Dominion over where one’s attention goes is a skill that is highly developed in experienced mindfulness meditators. To master using your attention as an intervention tool to the stress cycle, you first need to learn how to tear it away from what’s triggering you. This can be anything from an unkind remark or an equipment failure to deeply upsetting news about a loved one. No matter how big or small the trigger is, the object of the exercise is to keep your attention focused on your breathing. This gives you immediate access to…
Awareness of your physiological state.
Based on stimulation in areas of the brain, Harvard researchers concluded that mindfulness meditators were aware of both bodily sensation and the emotional stimulus for it. Since you can’t regulate emotions until you can notice them, awareness of your emotions is key, as well as awareness of your body’s response to emotional triggers: muscular tension.
This is why focusing your mind’s attention on your tension with the intention to relax and release it through the breath allows you to achieve…
Harvard researchers identified different kinds of emotional regulation with practitioners of mindfulness meditation, such as participants being less likely to blurt out reactive statements or take action on reactive impulses.
They also identified cognitive changes such as developing the ability to reappraise and reinterpret the significance of a trigger. This was shown to be a means of changing and even reversing one’s response to it. So, it should be no surprise that Harvard’s researchers found that emotional regulation results in…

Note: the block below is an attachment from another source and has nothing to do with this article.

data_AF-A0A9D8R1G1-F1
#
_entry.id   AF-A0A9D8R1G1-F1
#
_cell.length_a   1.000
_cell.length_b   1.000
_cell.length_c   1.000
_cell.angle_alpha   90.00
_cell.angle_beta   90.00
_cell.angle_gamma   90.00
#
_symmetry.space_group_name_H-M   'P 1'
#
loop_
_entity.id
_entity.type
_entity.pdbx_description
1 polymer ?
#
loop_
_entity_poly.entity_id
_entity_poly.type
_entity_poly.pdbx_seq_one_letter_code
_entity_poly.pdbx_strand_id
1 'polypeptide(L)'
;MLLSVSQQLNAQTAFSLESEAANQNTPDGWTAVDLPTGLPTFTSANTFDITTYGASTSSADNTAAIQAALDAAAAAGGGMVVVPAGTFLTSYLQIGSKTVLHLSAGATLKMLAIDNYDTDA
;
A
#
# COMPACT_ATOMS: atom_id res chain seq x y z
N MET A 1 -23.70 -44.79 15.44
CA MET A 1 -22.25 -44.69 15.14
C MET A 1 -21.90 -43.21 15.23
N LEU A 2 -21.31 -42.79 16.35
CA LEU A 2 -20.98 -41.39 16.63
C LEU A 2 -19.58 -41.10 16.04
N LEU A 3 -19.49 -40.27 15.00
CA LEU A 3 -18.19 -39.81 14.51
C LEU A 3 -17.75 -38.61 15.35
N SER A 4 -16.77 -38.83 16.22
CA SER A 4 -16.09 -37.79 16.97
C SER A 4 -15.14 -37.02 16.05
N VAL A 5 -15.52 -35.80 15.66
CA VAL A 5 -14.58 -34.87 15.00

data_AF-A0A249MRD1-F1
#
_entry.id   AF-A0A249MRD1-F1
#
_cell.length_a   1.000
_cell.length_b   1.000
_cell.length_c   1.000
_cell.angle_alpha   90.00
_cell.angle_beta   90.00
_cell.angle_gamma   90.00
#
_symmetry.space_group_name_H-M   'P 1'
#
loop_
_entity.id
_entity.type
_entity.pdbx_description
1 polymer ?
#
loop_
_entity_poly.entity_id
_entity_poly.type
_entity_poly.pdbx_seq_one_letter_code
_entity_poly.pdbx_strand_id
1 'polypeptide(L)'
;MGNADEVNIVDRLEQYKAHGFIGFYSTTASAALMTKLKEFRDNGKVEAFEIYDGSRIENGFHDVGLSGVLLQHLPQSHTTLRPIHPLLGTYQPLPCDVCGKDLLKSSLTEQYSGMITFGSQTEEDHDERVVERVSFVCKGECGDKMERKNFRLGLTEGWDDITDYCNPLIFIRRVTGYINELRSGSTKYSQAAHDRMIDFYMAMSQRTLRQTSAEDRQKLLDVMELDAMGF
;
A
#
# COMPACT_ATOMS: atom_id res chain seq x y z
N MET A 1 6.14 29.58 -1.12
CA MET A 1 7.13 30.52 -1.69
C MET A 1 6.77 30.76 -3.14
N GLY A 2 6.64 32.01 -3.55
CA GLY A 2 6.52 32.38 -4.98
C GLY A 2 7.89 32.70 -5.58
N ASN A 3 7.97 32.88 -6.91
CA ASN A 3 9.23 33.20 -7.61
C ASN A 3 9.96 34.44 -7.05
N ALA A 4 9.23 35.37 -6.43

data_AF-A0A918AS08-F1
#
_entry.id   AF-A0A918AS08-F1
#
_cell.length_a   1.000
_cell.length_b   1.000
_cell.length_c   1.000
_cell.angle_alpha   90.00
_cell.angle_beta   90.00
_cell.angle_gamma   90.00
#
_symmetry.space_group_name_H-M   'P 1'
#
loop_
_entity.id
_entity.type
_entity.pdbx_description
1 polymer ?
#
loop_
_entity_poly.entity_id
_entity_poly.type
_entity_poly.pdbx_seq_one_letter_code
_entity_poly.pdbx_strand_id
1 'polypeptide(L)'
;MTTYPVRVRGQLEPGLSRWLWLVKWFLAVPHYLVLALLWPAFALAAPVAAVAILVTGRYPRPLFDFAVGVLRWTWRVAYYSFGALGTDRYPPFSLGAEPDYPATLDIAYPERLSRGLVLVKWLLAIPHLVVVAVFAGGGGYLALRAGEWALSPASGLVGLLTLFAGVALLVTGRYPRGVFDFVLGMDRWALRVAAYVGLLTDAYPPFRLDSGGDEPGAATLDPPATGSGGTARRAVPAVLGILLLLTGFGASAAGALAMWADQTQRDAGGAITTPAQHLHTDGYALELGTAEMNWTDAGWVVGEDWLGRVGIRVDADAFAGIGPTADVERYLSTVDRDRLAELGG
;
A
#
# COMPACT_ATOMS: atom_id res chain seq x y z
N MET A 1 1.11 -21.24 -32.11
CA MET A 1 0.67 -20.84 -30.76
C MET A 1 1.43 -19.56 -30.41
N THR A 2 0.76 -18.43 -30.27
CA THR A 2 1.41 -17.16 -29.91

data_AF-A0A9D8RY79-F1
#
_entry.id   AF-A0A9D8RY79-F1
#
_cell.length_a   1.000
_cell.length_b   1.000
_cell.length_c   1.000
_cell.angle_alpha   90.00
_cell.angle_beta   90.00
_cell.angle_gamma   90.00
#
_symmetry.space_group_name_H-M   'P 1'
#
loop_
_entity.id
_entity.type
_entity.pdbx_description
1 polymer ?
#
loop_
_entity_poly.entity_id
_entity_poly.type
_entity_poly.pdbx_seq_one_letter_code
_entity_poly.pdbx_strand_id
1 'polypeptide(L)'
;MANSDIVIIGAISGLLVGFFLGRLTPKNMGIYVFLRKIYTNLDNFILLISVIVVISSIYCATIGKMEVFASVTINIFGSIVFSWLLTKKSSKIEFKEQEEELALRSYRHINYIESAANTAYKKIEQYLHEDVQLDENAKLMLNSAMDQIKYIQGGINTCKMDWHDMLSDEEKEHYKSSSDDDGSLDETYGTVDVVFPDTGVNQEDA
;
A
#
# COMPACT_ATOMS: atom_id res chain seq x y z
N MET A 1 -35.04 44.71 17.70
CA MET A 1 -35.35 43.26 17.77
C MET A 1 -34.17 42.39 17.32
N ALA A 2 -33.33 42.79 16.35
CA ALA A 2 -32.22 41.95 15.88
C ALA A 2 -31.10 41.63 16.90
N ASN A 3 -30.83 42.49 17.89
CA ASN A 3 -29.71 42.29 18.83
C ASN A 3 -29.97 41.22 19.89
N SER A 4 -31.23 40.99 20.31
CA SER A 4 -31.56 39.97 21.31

An empowered sense of self.
When you’re under stress, there is no greater gift than to feel empowered to handle it. Your perception of your wherewithal to cope with what’s happening determines whether or not the stress you’re under will be beneficial in the long term. To be empowered is to be able to keep your wits about you … to keep your cool … to recognize whether or not you’re seeing your situation clearly, without the distorting influence of your mind’s fears and projections.
As you start taking responsibility for your tension, you may be surprised by the things you become aware of that have been going on in your own body, even in your sleep! When you first wake up is a great time to check in. Even when awake, unconscious patterns are hard to see. It can take time for aches and pains to become chronic, and even more time to determine if your tension may be causing them.
Be compassionate with yourself and do your best to proceed without judgement. Learning anything new takes effort, at first. It takes determination and consistency. You’ll need patience to forgive yourself and start over every time old habits drag you off the path.
Reflective Exercise: Throughout your day make a point to check in with the tension in your body. Notice where you most often hold your tension, and make sure to read any tension as a signal to slow down, relax your body and breathe. Then, use a journal to keep track of your progress. You’ll only need a few lines about what you notice each day. And don’t forget to celebrate the small victories!
Take good care : )